As far as I can tell, infection invariably leads to the host consciousness being subsumed and destroyed. Memories do not equal consciousness.
To illustrate this, imagine you were flash-cloned. You and your clone share the exact same experiences, memories, and morals. Now, let's say you die immediately after the cloning process finishes. Your consciousness doesn't somehow "transfer" to your clone because you share the same experiences, you die, and your consciousness dies with you. Your clone is a discrete entity, and will maintain its independence from you.
When Captain Keyes was assimilated into the Flood, he retained a brief measure of individuality. However, when his memories were absorbed by the Flood, Captain Keyes, for all intents and purposes, ceased to exist. His consciousness did not "transfer" to the Flood, it no longer existed.
If an AI removes data from another AI, deleting the original as it goes, and then, after stripping the other AI of all its accumulated data, it destroys the AI, the destroyed AI doesn't remain active in the data removed from it. The original AI is gone, its data now belonging to the other AI.
If you were to be integrated into the Flood, once your memories are stripped away, you cease to be. Those memories are now the memories of the Gravemind, and your body is but a shell, a puppet dancing to the Gravemind's strings. The Gravemind can accurately replicate your consciousness, but that consciousness is not you. You are dead and gone.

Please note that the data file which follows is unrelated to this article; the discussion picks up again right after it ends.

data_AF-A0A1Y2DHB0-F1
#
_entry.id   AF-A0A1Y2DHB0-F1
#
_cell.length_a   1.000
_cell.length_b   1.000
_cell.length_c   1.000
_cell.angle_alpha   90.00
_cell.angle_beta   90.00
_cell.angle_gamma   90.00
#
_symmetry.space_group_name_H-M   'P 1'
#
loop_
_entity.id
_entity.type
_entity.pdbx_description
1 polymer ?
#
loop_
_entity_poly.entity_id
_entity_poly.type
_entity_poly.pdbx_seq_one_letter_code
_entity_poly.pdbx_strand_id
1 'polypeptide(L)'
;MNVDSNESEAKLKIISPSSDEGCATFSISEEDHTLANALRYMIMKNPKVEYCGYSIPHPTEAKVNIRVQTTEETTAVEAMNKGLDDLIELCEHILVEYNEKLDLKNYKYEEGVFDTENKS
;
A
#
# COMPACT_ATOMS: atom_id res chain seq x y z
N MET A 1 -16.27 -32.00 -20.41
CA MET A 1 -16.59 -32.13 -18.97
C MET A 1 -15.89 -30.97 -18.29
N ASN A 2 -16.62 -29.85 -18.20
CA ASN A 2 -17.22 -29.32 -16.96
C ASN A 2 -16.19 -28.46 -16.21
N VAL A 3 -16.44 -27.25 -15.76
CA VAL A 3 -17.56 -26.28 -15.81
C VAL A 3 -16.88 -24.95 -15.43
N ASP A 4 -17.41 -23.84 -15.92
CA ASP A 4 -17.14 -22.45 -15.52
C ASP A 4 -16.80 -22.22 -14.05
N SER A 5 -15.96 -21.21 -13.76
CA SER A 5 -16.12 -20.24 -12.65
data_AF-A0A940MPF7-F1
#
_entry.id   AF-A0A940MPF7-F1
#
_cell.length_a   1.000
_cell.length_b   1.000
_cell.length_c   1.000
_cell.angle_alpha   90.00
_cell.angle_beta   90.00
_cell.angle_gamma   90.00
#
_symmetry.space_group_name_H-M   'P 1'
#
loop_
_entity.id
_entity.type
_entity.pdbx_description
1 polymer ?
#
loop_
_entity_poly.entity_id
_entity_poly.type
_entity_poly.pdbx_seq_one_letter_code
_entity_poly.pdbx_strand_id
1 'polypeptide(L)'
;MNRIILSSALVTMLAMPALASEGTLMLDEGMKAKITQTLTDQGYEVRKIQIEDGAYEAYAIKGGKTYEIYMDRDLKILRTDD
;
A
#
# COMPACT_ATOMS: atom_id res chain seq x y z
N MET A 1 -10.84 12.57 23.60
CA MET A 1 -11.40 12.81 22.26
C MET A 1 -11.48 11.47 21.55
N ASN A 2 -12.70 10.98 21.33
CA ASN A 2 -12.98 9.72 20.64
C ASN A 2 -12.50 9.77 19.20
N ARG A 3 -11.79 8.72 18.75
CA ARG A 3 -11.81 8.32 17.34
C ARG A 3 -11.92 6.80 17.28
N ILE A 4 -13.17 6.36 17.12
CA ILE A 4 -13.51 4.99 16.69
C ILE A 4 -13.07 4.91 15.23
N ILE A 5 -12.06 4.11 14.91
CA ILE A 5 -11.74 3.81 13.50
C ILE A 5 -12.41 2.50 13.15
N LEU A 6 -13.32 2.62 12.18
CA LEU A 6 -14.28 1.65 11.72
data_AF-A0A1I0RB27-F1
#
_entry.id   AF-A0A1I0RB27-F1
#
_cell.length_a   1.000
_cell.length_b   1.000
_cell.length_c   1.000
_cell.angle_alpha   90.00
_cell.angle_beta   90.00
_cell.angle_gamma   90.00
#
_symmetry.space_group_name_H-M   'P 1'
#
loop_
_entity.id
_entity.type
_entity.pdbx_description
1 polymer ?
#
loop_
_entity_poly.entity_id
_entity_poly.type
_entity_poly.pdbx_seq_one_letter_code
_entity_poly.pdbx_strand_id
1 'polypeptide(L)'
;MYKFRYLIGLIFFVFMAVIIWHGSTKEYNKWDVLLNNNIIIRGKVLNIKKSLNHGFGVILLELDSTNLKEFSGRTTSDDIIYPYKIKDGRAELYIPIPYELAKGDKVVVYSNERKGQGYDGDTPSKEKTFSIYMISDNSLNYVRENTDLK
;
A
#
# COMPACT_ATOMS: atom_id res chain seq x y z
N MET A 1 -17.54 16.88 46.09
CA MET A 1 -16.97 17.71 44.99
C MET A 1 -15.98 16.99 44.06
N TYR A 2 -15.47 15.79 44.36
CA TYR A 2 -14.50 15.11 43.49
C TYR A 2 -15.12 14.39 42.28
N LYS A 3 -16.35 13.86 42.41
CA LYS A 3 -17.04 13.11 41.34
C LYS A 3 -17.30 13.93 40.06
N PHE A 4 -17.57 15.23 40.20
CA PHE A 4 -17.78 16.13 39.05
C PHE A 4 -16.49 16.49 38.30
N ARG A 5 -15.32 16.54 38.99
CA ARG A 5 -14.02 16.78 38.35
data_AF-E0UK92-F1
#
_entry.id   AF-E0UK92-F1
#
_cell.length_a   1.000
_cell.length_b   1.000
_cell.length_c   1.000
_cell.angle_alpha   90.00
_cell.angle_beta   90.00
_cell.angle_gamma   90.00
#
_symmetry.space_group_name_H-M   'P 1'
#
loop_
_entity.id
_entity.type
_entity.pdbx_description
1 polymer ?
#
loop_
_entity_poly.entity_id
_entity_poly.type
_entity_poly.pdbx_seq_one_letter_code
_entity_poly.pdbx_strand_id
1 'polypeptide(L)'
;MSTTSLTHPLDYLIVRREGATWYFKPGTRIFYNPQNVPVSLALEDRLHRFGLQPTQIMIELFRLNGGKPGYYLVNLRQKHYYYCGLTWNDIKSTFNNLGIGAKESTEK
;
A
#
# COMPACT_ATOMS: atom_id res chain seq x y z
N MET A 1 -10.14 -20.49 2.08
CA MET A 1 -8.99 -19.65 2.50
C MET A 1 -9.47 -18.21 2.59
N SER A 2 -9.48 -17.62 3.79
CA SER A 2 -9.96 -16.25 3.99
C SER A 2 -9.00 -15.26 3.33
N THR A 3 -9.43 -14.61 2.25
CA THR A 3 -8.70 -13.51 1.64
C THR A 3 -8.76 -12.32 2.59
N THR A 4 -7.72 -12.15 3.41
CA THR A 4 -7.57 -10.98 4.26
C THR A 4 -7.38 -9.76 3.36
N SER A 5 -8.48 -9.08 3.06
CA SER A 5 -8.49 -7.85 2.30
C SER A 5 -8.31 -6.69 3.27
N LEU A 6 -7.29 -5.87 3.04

Suffice it to say, there is no benefit, no advantage, to joining the Flood. You will die, and your former body is now nothing but an empty, hollow shell.
If you use PFC Jenkins as a counterpoint, you must remember that Jenkins was an outlier. He was infected by a particularly weak infection form, and so was able to maintain his individuality. This was possible not only because of the age of the infection form, but also the lack of a Gravemind. Had Jenkins been attacked by a full-strength infection form, or had a fully-formed Gravemind been present, it is virtually certain that Jenkins would've met with the same fate as Keyes.